Walter D. O'Hearn, chief executive of John W. McGrath Corp. of Brooklyn, a stevedore company, paid Scotto $15,000 quarterly and $5,000 at Christmas, for a total of $65,000 annually, to obtain his assistance in reducing fraudulent and exaggerated workmen's compensation claims filed by members of Scotto's local. William Montella, general manager of Quin Marine Services, Inc., of Brooklyn, paid Scotto $5,000 quarterly and $5,000 extra each Christmas for a three-year period to secure his assistance in getting new business and keeping existing customers from competitor shipping and stevedoring companies with which Scotto dealt as a labor leader. Nicholas Seregos of Jackson Engineering Co., Inc., an ILA-affiliated marine engineering company doing general ship repair, paid Anastasio a 10% "commission" on business obtained for his company with Scotto's and Anastasio's assistance from Prudential Lines, Inc., and United States Lines. Additionally, other cash payments of thousands of dollars were received by Scotto alone or by Scotto and Anastasio from individuals representing waterfront employers of ILA labor, including C. C. Lumber Co. of Brooklyn, American Navigation Co. of Baltimore, Marine Repair Services, Inc., of Staten Island, and Joseph Vinal Ship Maintenance Co. of Manhattan. The proof also established that Scotto and Anastasio failed to declare the payoffs on their federal income tax returns, amounting in Scotto's case to $69,700 in 1975, $90,000 in 1976, and $83,500 in 1977, and in Anastasio's case to $6,500 in 1976 and $16,500 in 1977.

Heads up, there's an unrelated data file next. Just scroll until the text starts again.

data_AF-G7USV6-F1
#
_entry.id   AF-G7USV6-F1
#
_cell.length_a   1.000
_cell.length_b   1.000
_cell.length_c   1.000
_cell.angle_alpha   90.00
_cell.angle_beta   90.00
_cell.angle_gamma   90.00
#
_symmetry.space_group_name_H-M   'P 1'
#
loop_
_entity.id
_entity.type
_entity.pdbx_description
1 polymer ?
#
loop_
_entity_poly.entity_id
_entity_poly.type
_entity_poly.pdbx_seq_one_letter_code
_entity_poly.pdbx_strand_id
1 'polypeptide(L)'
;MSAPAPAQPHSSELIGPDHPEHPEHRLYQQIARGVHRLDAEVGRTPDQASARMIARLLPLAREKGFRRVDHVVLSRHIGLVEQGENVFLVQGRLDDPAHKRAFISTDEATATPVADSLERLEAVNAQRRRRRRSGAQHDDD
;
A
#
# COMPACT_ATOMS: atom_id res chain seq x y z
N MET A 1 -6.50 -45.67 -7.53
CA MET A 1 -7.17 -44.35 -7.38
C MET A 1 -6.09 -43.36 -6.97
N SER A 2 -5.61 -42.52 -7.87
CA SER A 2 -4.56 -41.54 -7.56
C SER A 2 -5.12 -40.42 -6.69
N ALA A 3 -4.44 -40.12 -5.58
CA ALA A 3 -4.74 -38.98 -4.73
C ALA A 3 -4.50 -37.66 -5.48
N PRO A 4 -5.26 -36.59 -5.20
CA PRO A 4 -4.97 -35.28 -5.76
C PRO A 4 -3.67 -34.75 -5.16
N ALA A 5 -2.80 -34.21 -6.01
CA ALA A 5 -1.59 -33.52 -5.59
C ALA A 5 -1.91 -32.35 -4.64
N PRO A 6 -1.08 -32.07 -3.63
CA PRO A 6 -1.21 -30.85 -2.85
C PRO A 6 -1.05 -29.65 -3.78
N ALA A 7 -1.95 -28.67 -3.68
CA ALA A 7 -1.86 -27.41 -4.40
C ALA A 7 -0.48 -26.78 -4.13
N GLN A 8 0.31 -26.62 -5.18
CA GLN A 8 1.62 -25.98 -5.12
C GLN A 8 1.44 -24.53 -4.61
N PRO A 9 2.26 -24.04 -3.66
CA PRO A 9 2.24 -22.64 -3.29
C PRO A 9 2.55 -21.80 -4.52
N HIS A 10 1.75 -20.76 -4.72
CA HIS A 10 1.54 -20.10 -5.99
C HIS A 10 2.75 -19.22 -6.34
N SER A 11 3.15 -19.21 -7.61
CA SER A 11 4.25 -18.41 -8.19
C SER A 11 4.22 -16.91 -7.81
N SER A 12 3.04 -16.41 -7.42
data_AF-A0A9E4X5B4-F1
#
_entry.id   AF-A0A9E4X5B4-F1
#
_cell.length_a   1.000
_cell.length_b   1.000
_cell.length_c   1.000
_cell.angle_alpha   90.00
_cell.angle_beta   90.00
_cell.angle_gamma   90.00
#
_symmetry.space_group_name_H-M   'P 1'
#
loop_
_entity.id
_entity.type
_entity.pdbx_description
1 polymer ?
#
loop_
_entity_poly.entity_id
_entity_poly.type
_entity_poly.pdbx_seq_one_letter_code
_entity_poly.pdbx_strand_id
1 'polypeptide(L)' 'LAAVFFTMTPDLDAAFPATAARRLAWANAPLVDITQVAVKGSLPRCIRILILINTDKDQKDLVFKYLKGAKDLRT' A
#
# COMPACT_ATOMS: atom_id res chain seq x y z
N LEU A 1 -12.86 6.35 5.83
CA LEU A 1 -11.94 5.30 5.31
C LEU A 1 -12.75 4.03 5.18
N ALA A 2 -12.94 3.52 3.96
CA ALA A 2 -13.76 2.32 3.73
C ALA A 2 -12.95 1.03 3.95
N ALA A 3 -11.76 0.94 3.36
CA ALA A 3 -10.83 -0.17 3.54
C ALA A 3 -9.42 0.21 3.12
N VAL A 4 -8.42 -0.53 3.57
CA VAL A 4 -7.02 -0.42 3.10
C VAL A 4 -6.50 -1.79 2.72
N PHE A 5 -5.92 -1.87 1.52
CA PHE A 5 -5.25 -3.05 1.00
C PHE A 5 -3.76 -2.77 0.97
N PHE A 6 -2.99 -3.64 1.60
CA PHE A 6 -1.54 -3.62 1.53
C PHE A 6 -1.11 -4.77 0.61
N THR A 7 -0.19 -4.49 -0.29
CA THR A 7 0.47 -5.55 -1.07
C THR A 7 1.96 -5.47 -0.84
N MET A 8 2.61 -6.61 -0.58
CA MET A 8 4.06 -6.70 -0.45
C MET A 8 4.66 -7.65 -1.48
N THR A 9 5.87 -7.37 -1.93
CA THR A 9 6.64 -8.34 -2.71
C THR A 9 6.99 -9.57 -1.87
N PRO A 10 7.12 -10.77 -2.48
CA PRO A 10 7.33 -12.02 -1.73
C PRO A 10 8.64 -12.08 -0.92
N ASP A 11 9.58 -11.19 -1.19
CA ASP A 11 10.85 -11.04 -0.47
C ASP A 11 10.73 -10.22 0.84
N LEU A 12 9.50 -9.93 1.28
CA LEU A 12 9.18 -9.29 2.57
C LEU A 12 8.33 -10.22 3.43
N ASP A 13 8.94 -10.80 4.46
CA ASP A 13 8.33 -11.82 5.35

Scotto, who took the stand in his own defense, denied receiving any payments from Montella or O'Hearn before January of 1977. As to the payments made thereafter, Scotto admitted accepting them, but claimed he was acting only as a conduit for campaign contributions, $50,000 to the 1977 New York City mayoral campaign of Mario Cuomo, and $25,000 to the 1978 New York state gubernatorial campaign of Governor Hugh Carey. Louis Valentino, a state official, testified that he received the $50,000 in cash for the Cuomo campaign from Anastasio at Scotto's direction, and Joseph Colozza, an ILA official from Scotto's local in charge of Governor Carey's Queens campaign, testified to receiving $25,000 in cash from Scotto. However, no records of these transactions and no reports to the New York State Board of Elections were ever made. Cross-examination of Scotto revealed that, in a tape-recorded conversation with Montella in October 1978, Scotto said that if any inquiries were ever made, he would claim the illegal monies received were for political and charitable contributions. Scotto denied the 10% commission arrangement with Nicholas Seregos, as well as receipt of any cash payoffs by Scotto and Anastasio from Joseph Vinal Ship Maintenance Co. or Marine Repair Services, Inc. He explained that the cash payment from Joseph Lacqua, an officer of C. C. Lumber Co. and American Navigation Co., was intended for and ultimately given to Scotto's wife. The jury disbelieved the "conduit" defense and other exculpatory testimony.